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E Phrygian or Other?

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6string    81

I've been doing some slow noodling with E,F & G lately in a spanish sounding way.

The notes that seem to work are the C major scale. I've looked that up and it's called E phrygian except the chords don't match.
Is it e phrygian or some other name?

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mset3    158

6string,

Phrygian is the third mode in the diatonic key. In the key of C major, playing the diatonic scale from E to E will give you the Phrygian sound. It's often said the Phrygian sound has a Spanish flavor to the scale. Play this mode over an Em7 and you will hear the Phrygia sound.

Mike

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mset3    158

6string,

Yes, all seven modes can be played in the key of C major. With the Phrygian mode you are technically playing an Em scale (E to E) in the key of C major.

Ionian - Cmaj (I Chord C-E-G - Scale C to C)

Dorian - Dm (ii chord D-F-A - Scale D to D)

Phrygian - Em (iii Chord E-G-B - Scale E to E)

Lydian - Fmaj (IV Chord F-A-C - Scale F to F)

Mixolydian - G7 (V7 Chord G-B-D-F - Scale G to G)

Aeolian - Am (vi Chord A-C-E - Scale A to A)

Locrian - B dim (vii Chord B-D-F - Scale B to B)

All the modes in the key of C major have one thing in common. They all have notes from the C major scale.

Mike

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I got your answer... 1st. Let's change the E chord to Eminor. So your progression Starts out with this E minor chord, then goes to the Fmaj And Gmaj (make the G a DOM7 to really be diatonic)

So as long as the progression keeps falling back to that Em chord. And you solo using ANY the notes of the C maj scale (and they don't have to be from "E to E") you will indeed be evoking the sounds of Phyrigian, especially as you get back to the Em chord..

As you travel to the Fmaj chord (still using C maj as the soloing notes) you will be technically evoking the F Lydian sound (depending on how long chord hangs around) and same with the G mixolydian sound on the G chord.... This explains why this all sounds so good together, because all these modes are diatonic to one Key. In this case the Key of C.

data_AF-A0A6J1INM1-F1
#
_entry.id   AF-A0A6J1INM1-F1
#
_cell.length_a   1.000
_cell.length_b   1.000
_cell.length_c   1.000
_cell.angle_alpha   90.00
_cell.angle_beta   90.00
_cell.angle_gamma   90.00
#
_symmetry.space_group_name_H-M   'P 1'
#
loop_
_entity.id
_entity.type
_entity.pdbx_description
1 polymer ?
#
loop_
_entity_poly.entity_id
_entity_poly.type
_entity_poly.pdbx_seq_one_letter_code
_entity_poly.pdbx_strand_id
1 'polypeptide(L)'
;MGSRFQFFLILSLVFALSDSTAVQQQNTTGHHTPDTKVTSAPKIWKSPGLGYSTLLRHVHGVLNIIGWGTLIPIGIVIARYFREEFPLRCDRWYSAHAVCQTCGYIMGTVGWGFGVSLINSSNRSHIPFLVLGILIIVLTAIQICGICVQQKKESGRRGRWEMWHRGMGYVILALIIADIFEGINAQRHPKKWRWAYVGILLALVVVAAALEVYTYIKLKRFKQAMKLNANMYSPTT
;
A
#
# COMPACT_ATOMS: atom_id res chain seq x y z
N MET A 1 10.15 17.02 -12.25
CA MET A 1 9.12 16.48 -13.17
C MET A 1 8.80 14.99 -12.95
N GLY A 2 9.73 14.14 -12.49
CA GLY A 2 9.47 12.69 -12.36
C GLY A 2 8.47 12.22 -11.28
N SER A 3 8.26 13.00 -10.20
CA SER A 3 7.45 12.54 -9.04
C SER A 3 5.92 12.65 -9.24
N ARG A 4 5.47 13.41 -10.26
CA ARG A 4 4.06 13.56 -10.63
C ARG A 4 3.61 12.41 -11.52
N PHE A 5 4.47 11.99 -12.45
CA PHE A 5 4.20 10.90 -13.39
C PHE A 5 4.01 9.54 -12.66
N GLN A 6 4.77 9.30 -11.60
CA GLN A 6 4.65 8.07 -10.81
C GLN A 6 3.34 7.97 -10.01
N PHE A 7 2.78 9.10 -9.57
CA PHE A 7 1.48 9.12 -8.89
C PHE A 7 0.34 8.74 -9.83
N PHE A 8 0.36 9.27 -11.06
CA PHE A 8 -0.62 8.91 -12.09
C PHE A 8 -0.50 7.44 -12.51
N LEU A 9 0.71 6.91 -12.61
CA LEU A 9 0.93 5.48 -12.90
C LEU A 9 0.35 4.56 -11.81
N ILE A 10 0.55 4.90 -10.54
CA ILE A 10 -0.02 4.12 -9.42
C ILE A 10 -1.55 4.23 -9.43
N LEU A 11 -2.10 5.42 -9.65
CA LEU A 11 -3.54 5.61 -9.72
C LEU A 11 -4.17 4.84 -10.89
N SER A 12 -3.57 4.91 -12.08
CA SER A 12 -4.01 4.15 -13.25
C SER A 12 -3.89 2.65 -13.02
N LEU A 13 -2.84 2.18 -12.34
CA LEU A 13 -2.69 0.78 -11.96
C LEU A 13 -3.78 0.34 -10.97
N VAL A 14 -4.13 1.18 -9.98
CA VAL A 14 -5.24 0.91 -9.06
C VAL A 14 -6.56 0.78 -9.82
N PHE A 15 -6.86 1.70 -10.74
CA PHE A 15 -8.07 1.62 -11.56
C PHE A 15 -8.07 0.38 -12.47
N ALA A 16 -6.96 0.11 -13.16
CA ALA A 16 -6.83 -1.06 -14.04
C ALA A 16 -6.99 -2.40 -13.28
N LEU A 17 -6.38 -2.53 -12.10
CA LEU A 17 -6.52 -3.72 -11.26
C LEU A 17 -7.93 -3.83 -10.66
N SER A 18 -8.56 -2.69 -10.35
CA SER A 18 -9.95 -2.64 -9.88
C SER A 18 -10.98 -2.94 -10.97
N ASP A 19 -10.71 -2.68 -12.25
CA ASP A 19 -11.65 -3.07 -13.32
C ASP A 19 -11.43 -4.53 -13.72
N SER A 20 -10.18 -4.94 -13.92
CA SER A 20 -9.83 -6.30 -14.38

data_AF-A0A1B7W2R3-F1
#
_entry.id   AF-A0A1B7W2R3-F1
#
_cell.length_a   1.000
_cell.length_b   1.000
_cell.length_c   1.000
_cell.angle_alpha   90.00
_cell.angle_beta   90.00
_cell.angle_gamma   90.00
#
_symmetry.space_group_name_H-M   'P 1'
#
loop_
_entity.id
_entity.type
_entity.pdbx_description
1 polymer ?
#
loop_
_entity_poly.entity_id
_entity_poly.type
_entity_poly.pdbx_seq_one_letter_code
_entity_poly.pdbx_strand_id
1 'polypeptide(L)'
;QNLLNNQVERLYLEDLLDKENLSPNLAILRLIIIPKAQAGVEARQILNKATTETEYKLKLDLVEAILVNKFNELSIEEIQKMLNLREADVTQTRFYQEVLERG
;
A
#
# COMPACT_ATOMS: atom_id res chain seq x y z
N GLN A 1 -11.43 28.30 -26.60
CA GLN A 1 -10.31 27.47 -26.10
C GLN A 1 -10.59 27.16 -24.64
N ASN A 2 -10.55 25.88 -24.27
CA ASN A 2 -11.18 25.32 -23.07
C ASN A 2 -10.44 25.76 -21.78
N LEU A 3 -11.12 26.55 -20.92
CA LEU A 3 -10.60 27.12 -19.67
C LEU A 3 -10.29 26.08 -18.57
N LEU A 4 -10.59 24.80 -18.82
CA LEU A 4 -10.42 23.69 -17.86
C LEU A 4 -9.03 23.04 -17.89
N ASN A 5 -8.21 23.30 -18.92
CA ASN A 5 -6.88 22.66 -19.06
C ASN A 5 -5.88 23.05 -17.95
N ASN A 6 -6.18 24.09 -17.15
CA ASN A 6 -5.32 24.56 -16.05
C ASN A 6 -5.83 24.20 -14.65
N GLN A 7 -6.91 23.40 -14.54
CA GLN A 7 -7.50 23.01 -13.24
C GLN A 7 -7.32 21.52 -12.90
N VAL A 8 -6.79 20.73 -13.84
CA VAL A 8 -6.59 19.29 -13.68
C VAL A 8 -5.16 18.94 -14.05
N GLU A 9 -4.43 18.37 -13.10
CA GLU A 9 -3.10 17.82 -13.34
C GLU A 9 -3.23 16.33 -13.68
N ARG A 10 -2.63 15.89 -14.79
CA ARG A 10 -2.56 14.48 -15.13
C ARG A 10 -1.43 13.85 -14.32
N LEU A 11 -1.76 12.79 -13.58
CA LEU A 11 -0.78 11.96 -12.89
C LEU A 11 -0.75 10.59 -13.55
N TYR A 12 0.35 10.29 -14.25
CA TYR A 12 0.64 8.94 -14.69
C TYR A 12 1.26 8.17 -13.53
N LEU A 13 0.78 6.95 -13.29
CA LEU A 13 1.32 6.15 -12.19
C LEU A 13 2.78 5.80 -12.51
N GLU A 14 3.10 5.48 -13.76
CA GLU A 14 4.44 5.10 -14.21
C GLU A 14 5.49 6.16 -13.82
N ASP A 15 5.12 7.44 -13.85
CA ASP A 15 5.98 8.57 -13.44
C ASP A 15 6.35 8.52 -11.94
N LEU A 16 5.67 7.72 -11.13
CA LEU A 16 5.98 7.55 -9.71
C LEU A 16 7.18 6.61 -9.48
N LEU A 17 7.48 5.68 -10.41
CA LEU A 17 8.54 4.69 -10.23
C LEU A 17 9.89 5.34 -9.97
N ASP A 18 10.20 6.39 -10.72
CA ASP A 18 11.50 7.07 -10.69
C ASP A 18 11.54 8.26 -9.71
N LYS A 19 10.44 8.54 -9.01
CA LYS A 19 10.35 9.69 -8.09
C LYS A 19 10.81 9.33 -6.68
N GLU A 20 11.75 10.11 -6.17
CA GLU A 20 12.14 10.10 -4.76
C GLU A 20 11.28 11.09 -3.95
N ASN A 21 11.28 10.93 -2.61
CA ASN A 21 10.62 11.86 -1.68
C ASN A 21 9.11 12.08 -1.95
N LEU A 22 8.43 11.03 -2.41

To reiterate;

Starting on and returning to the E minor chord in the backing track, reinforces the phyrigian sound to the listener. The other chords and sounds the F & G.. gave your music that depth and interest that holds a listener, and makes it sound like you know what you are doing. It all works like this because all the Chrods and the modes they evoke are all housed in the same KEY. In this example the Key is C. Also, it helps to sneak an E pedal tone into the background track over all the chords.

Now, you might ask... "but Mark I was playing with an E major chord and it still sounded ok... as a matter of fact I even thought it sounded cooler" Thats ok...Here's wear Music Theory melts into Human tastes and experiments to make really cool music. The E major chord is simply a Substitution for the E minor chord. If your ear says "good' then it's good. How does this all work without sounding bad?

Consider this... it might sound bad to someone who wasn't in the mood for this little special tweak. But ok, If it sounds good or even better than usual here's why; Aside from the slight change to a major 3rd in your 1st chord.. everything else your playing is 99% diatonic to the E phyrigian mode of the parent Cmajor scale. So the human ear (brain) is able to register the sound of E phyrigian... with a special tension. -that being the Major third ringing out of the Emajor chord. 1. The ear likes tension, especially in a key like Phyrigian. 2. this tension is actually a DOORWAY! Thats why I believe people like these little theory "hiccups" so much. This Doorway allows you - the composer- an access point to change keys and travel somewhere else in the music. (modulation)

Other key I would explore taking advantage of the E maj chord: Emaj, E mixolydian(A maj), E Lydian(BMaj).

Ultimately when it comes to 'evoking modes' in music the trick is to realize that it's the chord in the background is creating the mode, not the soloist staying 'between' 2 notes.

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donfully    0

Is the first chord E major or E minor? If it's E major (which I'm inclined to believe it is given the fact that you mentioned "spanish"), it's actually the phrygian dominant scale. It's a very spanish sounding scale. It's a mode of the harmonic minor scale. It's also used heavily in metal.

It's important to not mistake the mode with its parent scale, because that's where the tonic is being defined in your solo. All the notes might be the same but how they interact with one another is different. For example, E phrygian dominant is a mode from the parent A harmonic minor. However, if you playing A harmonic minor, the G# has a strong pull toward the A, being the leading tone. If you are playing E phrygian, the G# is very stable where it is, as it's considered a guide tone.

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